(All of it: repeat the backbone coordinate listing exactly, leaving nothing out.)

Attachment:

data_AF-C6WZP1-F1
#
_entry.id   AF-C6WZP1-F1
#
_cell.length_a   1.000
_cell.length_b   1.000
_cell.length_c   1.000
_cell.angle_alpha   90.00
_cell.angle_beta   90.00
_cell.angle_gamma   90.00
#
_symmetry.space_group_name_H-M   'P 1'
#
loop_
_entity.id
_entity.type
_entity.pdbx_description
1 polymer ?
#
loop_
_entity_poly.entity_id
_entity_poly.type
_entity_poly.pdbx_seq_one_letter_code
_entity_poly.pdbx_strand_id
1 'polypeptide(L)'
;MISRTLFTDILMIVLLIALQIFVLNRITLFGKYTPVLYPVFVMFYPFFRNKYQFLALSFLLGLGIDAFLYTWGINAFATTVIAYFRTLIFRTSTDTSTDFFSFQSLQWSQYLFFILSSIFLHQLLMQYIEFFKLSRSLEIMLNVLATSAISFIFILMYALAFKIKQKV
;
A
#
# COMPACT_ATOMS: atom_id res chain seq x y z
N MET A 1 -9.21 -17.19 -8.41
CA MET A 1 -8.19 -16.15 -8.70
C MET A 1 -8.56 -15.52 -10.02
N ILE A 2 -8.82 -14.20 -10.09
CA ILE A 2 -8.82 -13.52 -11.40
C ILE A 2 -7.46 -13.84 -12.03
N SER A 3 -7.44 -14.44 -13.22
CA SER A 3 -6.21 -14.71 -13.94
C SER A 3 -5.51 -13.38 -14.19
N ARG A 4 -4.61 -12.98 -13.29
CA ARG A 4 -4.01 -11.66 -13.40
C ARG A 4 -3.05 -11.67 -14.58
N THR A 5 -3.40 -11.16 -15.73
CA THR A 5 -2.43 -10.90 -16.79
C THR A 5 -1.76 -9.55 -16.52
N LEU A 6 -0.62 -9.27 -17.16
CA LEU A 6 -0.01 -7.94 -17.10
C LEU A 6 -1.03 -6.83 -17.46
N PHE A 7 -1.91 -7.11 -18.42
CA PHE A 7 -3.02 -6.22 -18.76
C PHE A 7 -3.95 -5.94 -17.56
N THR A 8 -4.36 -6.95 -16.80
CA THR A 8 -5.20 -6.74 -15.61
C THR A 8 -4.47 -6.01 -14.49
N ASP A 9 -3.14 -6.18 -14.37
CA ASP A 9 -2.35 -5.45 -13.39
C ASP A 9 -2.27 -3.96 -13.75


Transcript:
data_AF-C6WZP1-F1
#
_entry.id   AF-C6WZP1-F1
#
_cell.length_a   1.000
_cell.length_b   1.000
_cell.length_c   1.000
_cell.angle_alpha   90.00
_cell.angle_beta   90.00
_cell.angle_gamma   90.00
#
_symmetry.space_group_name_H-M   'P 1'
#
loop_
_entity.id
_entity.type
_entity.pdbx_description
1 polymer ?
#
loop_
_entity_poly.entity_id
_entity_poly.type
_entity_poly.pdbx_seq_one_letter_code
_entity_poly.pdbx_strand_id
1 'polypeptide(L)'
;MISRTLFTDILMIVLLIALQIFVLNRITLFGKYTPVLYPVFVMFYPFFRNKYQFLALSFLLGLGIDAFLYTWGINAFATTVIAYFRTLIFRTSTDTSTDFFSFQSLQWSQYLFFILSSIFLHQLLMQYIEFFKLSRSLEIMLNVLATSAISFIFILMYALAFKIKQKV
;
A
#
# COMPACT_ATOMS: atom_id res chain seq x y z
N MET A 1 -9.21 -17.19 -8.41
CA MET A 1 -8.19 -16.15 -8.70
C MET A 1 -8.56 -15.52 -10.02
N ILE A 2 -8.82 -14.20 -10.09
CA ILE A 2 -8.82 -13.52 -11.40
C ILE A 2 -7.46 -13.84 -12.03
N SER A 3 -7.44 -14.44 -13.22
CA SER A 3 -6.21 -14.71 -13.94
C SER A 3 -5.51 -13.38 -14.19
N ARG A 4 -4.61 -12.98 -13.29
CA ARG A 4 -4.01 -11.66 -13.40
C ARG A 4 -3.05 -11.67 -14.58
N THR A 5 -3.40 -11.16 -15.73
CA THR A 5 -2.43 -10.90 -16.79
C THR A 5 -1.76 -9.55 -16.52
N LEU A 6 -0.62 -9.27 -17.16
CA LEU A 6 -0.01 -7.94 -17.10
C LEU A 6 -1.03 -6.83 -17.46
N PHE A 7 -1.91 -7.11 -18.42
CA PHE A 7 -3.02 -6.22 -18.76
C PHE A 7 -3.95 -5.94 -17.56
N THR A 8 -4.36 -6.95 -16.80
CA THR A 8 -5.20 -6.74 -15.61
C THR A 8 -4.47 -6.01 -14.49
N ASP A 9 -3.14 -6.18 -14.37
CA ASP A 9 -2.35 -5.45 -13.39
C ASP A 9 -2.27 -3.96 -13.75